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February 7 

PBA Galleries

February 8-10 

CA Book Fairs

February 21 

Heritage

February 21 

Swann Galleries

February 6 

Bonhams

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In the News

Littmann Collection of German Expressionism & Avant-Garde at Swann March 5

New York-Swann Galleries’ March 5 auction boasts property from the Ismar Littmann Family Collection,... read more

"Lacock Abbey: Birthplace of Photography on Paper" Opens March 2

New York - Photography on paper was born in 1839 in England at Lacock... read more

The Morgan Announces the Restoration of J. Pierpont Morgan’s Library

New York-The Morgan Library & Museum announced today the exterior restoration of J. Pierpont... read more

UK Exhibition Of Rare Antarctic Books for Shackleton's 145th Birthday

To celebrate the 145th anniversary of Ernest Shackleton's birth, Jonkers Rare Books are pleased... read more

Special Exhibition of William Mortensen's Photography at the NYC Book & Ephemera Fair

New York — His work was startling and new. It had the power to... read more

4,500 Years of Miniature Books at the Grolier Club

Thousands of years before books were contained within a hand-held technological tablet or phone,... read more

The NYC Book and Ephemera Fair Expands to a Second Day

The Fair that is known as the satellite event, during Manhattan’s celebrated Rare Book... read more

James Joyce-Signed Vintage Photograph Sold for $25,826 at Auction 

Boston—A James Joyce signed vintage photograph sold for $25,826 according to Boston-based RR Auction.... read more

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Maps and Memoirs

Cigar Butts and Scrap Paper

Winston Churchill’s old stogie, worth more than $15,000 at auction.

Churchill’s Cigar Butt, Keys of Aylsham, on January 28-29, £9,775 ($15,835) and Neville Chamberlain’s Airline Ticket, Mullocks of Ludlow, on January 19, £9,360 ($15,165)

It was in 1941 that Nellie Goble, picked up an iconic souvenir from a 10 Downing Street ashtray when her boss, Winston Churchill, was suddenly called away to a cabinet meeting. Sixty years on, that Havana cigar butt generated enormous pre-sale interest in this Norfolk sale, and news that it made a tidy sum has seen the auctioneers inundated with offers to sell other items of Churchillian ashtrayana.

Winston’s predecessor as Britain’s Prime Minister was Neville Chamberlain and, perhaps unfairly, the abiding image one has of him is the 1938 newsreel footage in which he waives his ‘Peace for Our Time’ document as he disembarks from the aircraft that had taken him to a Munich meeting with Hitler, Mussolini, and the French leader, Daladier. Sadly, the Munich Agreement in which Chamberlain had put so much faith proved as worthless as scrap paper, and within the year, Europe was at war.

Neville Chamberlain’s ticket to Munich.

Part of the ticket issued by British Airways to Chamberlain for that historic flight (found among the papers of George William Demmy, a senior airline manager at the time) was another link with Britain’s wartime history seen at auction in recent weeks.

This was the top copy of a ticket that would originally have had two or more layers—the back is carbonized—and it is worth noting that while this sold for £9,360 ($15,165) to a British collector, another part of the ticket, according to the saleroom’s specialist, Richard Westwood Brookes, was sold by Christie’s back in 1992 for £13,600—just over $22,000 at current exchange rates.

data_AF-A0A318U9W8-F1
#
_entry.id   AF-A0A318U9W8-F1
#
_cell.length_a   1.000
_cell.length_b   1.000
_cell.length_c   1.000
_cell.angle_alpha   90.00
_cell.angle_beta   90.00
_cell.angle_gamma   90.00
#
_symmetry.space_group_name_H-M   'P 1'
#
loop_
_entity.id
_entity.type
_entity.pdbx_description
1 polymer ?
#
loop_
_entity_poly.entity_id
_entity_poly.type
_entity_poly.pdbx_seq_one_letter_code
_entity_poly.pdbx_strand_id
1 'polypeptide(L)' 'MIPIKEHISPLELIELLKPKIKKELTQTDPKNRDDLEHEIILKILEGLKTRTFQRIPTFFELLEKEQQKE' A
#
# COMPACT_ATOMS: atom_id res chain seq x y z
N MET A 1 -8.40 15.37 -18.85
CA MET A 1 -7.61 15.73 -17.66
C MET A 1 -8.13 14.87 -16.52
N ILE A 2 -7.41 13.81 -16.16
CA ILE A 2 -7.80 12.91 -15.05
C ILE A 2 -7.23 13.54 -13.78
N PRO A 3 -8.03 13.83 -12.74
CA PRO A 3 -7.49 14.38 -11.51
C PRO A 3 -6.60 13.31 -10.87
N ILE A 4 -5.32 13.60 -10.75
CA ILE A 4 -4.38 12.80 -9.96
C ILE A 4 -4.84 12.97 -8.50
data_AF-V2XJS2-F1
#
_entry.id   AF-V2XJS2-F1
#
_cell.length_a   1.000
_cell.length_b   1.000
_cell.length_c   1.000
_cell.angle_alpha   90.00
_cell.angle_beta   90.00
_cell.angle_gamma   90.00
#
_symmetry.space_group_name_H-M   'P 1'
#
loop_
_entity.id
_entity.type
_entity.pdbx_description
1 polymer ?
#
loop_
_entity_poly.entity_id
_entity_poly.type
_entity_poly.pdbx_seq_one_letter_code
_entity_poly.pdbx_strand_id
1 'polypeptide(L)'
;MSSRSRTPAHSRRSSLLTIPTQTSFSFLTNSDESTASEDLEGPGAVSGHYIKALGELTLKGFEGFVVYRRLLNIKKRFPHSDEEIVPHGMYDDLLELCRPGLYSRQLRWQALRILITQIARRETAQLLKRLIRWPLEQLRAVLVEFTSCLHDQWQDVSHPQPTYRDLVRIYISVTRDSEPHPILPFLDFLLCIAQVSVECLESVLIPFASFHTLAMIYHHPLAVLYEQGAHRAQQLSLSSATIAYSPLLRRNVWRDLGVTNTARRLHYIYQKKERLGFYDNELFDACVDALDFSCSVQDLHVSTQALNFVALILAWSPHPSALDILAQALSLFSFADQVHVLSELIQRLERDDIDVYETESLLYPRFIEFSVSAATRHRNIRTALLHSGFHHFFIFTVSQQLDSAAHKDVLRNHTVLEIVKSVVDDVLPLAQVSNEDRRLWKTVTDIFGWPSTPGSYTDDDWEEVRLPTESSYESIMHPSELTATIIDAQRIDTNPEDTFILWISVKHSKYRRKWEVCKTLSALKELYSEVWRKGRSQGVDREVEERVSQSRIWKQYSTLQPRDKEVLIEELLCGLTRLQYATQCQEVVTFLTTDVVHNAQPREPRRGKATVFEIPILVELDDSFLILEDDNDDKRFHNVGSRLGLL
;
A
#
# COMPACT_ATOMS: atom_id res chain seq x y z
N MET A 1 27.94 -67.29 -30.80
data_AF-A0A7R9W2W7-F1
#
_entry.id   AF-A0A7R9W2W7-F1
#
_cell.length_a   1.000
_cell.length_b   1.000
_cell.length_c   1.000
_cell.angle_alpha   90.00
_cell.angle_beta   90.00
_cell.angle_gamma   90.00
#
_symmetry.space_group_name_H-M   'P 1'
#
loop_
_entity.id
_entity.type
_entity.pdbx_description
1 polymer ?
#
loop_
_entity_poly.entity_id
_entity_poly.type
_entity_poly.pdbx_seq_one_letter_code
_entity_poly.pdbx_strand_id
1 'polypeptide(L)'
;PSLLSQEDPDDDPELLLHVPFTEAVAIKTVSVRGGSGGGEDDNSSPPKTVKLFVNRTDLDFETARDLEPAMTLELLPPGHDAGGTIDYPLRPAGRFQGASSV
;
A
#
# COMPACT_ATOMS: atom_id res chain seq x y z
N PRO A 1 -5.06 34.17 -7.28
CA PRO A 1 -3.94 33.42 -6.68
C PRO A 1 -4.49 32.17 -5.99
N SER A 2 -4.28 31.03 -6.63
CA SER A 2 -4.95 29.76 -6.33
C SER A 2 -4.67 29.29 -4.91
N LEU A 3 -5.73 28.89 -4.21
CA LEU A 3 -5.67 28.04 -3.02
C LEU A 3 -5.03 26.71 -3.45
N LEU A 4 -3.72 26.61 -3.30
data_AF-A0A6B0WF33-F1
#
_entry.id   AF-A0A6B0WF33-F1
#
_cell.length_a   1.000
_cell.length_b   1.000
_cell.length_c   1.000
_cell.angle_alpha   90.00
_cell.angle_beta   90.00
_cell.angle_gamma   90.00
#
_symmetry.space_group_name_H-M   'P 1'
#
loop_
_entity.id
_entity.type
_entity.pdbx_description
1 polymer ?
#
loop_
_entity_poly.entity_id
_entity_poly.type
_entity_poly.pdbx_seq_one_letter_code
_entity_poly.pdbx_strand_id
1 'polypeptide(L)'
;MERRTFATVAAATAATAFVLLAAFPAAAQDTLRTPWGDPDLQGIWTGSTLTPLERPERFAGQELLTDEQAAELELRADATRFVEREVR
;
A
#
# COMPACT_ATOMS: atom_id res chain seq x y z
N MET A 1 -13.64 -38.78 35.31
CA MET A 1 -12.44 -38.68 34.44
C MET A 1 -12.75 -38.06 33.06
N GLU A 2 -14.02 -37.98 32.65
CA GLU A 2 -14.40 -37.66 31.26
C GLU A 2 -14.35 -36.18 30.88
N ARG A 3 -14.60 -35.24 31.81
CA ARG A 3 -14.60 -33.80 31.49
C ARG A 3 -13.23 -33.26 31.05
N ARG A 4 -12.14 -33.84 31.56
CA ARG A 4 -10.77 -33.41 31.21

Home Mountaineering and The Wimbledon Serving Tube

Cartoonist William Heath Robinson’s The Wimbledon Serving Tube.

Cartoons by William Heath Robinson, Lawrences of Crewkerne on January 21, £20,400 ($33,455) & £13,200 ($21,650)

Last year, these Somerset auctioneers enjoyed considerable success with sales of works by the English artist, illustrator, and cartoonist William Heath Robinson (1872-1944), and here they were offering a further selection of 139 drawings in twenty lots—all from the same collection and mostly acquired directly from the artist’s family.

Cartoonist William Heath Robinson’s Carrying out the Correspondence Course for Mountain Climbing in the Home.

Many lots comprised groups of comic drawings for a 1943 book, How to Run a Communal Home, but among the larger and more expensive individual works, at £20,400, was an ink and watercolor drawing of one of those elaborate and unlikely but ingenious devices and stratagems that characterise much of WHR’s more familiar work. So much so that the phrase ‘Heath Robinson’ has entered the language as term for somewhat suspect, slightly crazy inventions or constructions. Many now remember WHR (one of three Heath Robinson brothers who were all talented artists and illustrators) only for his comic work, not for his more serious commissions. Carrying out the Correspondence Course for Mountain Climbing in the Home was first published in the December 1928 issue of the American journal, The Sportsman. On the pages of the new British journal, Piccadilly, in the summer of the following year, was an ink and wash drawing of The Wimbledon Serving Tube, one of those bizarre contraptions that Heath Robinson had in mind when he wrote: “I have to try and enable my public to trace the action of my grotesque machines right through, so as to leave them with the subconscious feeling, not that the machine would actually work, but that it ought to work.”

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